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On the verge of greatness: girl in red releases album ‘if i could make it go quiet’

Breakout indie pop star beginning to solidify her sound, not yet there

Norwegian singer-songwriter Marie Ulven, more widely known as the indie-pop icon girl in red, released her debut album “if i could make it go quiet” April 30 to much anticipation by fans and critics alike. 

Over the last year, Ulven has risen through the ranks of the bedroom-pop generation to amass a following of millions. Her journey started with the release of her first track “i wanna be your girlfriend” on SoundCloud in 2016. The song was followed by a number of single releases and multiple small tours. But Ulven’s meteoric rise came during the early stages of the COVID-19 lockdown when her song “girls” went viral on TikTok. From there, she became an icon for queer teens around the world, amassing nearly 10 million monthly listeners on Spotify and 2.1 million followers on Instagram

Much of the early appeal of Ulven was her grit. Her first few releases were completely self-produced, featuring crunchy guitars over simple drum beats created in Logic Pro, a software application that provides software instruments and audio effects. She sang unashamedly about queer love and depression, topics that resonated with her Gen-Z audience. After releasing a string of singles that were later compiled into two EPs, Ulven finally took the next step and released a full-length album via recording company AWAL.

Sonically, “if i could make it go quiet” is a step up. The credits are sparse; aside from Finneas, the project’s only guest contributor on the lead single “Serotonin,” all of the production was done by Ulven and collaborator Matias Tellez. The album features string arrangements, atmospheric sounds, stacked harmonies and piano leads — all steps away from the electric guitar arrangements of her early tracks. The best example is potentially found in “midnight love,” which features a reverbed piano, pads and a muted kick which melt into a lush surround-sound experience that can make any listener’s heart ache with longing.

Still, Ulven’s signature sound isn’t missing from the album. Songs like “Did You Come?” and “You Stupid Bitch” still feature the same type of scream-in-your-room hooks and guitar sounds that drove her initial appeal. While this is arguably the space that Ulven thrives in, it’s clear that she is looking to expand her repertoire.

Tracks like “Apartment 402,” “.” and “it would feel like this” take on a more pensive tone, namely “.,” which combines a toned-down arrangement — for much of the song, the massive crunch leads are traded in for clean electric picking and acoustic rhythm backings — with an absurdly catchy melody and perfectly reverbed vocals. Ulven shines in the bridge of this song, where she dips into the refrain and sings, “Honey, I’m not doing so well” over and over until the song fades out.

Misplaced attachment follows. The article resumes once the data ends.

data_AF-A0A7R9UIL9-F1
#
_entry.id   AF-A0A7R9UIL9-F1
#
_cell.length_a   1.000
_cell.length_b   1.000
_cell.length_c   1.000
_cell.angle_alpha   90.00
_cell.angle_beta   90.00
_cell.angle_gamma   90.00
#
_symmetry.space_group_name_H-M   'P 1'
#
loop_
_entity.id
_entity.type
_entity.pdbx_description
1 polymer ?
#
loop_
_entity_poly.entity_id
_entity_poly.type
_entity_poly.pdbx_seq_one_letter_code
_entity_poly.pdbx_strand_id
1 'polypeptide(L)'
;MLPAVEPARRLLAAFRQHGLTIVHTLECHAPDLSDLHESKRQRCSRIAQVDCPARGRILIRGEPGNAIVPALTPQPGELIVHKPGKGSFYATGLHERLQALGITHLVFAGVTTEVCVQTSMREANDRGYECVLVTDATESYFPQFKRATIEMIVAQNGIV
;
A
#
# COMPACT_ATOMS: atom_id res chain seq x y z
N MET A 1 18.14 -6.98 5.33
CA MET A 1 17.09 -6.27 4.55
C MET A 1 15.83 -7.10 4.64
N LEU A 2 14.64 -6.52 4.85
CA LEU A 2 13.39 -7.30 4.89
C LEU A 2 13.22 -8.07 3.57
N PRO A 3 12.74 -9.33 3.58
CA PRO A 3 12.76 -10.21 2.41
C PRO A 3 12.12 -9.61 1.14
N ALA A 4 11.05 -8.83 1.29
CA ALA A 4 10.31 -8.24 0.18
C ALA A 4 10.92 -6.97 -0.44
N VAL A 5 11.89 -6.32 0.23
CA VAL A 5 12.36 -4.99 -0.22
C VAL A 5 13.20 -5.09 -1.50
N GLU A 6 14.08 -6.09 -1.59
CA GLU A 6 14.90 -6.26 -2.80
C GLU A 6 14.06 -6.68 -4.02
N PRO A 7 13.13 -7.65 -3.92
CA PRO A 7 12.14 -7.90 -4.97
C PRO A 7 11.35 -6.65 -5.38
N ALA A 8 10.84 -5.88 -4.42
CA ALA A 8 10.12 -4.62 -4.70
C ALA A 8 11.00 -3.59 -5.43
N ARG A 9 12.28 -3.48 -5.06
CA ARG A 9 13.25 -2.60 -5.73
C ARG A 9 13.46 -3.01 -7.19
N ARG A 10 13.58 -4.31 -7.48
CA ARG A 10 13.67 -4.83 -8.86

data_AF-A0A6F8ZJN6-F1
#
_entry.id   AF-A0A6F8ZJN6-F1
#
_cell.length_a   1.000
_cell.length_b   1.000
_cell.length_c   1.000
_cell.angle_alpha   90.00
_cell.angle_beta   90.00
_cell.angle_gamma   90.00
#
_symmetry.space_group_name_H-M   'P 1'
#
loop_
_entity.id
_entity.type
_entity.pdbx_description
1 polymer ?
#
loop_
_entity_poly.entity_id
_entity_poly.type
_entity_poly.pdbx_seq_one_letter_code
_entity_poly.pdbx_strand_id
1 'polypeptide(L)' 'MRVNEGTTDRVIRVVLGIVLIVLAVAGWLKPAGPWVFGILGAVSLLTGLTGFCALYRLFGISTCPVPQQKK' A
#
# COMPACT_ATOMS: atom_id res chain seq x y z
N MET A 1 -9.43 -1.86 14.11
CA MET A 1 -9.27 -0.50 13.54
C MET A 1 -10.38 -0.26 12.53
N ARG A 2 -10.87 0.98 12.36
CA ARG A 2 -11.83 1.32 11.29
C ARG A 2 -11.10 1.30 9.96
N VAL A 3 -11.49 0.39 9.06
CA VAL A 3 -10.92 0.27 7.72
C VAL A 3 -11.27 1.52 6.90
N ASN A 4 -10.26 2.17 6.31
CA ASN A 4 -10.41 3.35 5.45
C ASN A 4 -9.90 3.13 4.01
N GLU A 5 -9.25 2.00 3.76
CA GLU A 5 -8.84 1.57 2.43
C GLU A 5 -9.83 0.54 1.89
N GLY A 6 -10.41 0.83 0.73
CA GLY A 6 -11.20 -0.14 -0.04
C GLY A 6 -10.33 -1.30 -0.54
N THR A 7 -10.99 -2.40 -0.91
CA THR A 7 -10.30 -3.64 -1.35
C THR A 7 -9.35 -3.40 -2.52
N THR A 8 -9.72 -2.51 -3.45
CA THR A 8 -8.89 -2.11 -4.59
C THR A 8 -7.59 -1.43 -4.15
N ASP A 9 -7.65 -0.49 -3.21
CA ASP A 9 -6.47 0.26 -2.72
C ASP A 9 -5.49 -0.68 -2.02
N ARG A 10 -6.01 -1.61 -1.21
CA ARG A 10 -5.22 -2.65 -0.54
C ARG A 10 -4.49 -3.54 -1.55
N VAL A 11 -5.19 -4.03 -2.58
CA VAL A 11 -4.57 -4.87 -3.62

Still, while it’s clear Ulven is grasping for greatness, she falls slightly short. At times the lyrics feel clichéd and the melodies often fall flat. In other instances, the instrumentation sticks out like a sore thumb. The reggae-esque electric piano lead on “Body and Mind” feels out of place and some of the lyrical experimentation in “Serotonin” feels forced. 

Lyrically, Ulven is still grappling with the themes her fanbase loves. What’s most exciting about the way she writes is that her queer stories aren’t only about queerness; queerness is simply an added detail that’s written as nothing but ordinary. Her lyrical high point is “midnight love,” a track about refusing to be a lover’s second choice: she sings, “I hope that the right time one day arrives / so, I’ll be willing to let this die / able to look you right in the eyes / say I’m not your consolation prize.”

It’s also clear from her lyrics that Ulven is growing up. She has traded in pining for girls in her childhood bedroom for missing her love while on tour (on “hornylovesickmess,” she sings “I’m in New York thinking of you / wondering what you are up to / from this lonely ass hotel room / with a pretty good lookin’ view”). 

While the lyrics show maturation, they fall dangerously close to repetition of subject matters in her old songs. Ulven’s next challenge will be figuring out how to find new angles on the stories that her fans yearn for rather than simply rewording the old ones.

Nonetheless, these minor inconsistencies are all part of the growing pains of being a star on the rise. With each track she releases, listeners can see Ulven honing her craft and experimenting with various sounds and structures. “if i could make it go quiet” presents her following with a strong debut, marking her career as one to watch.



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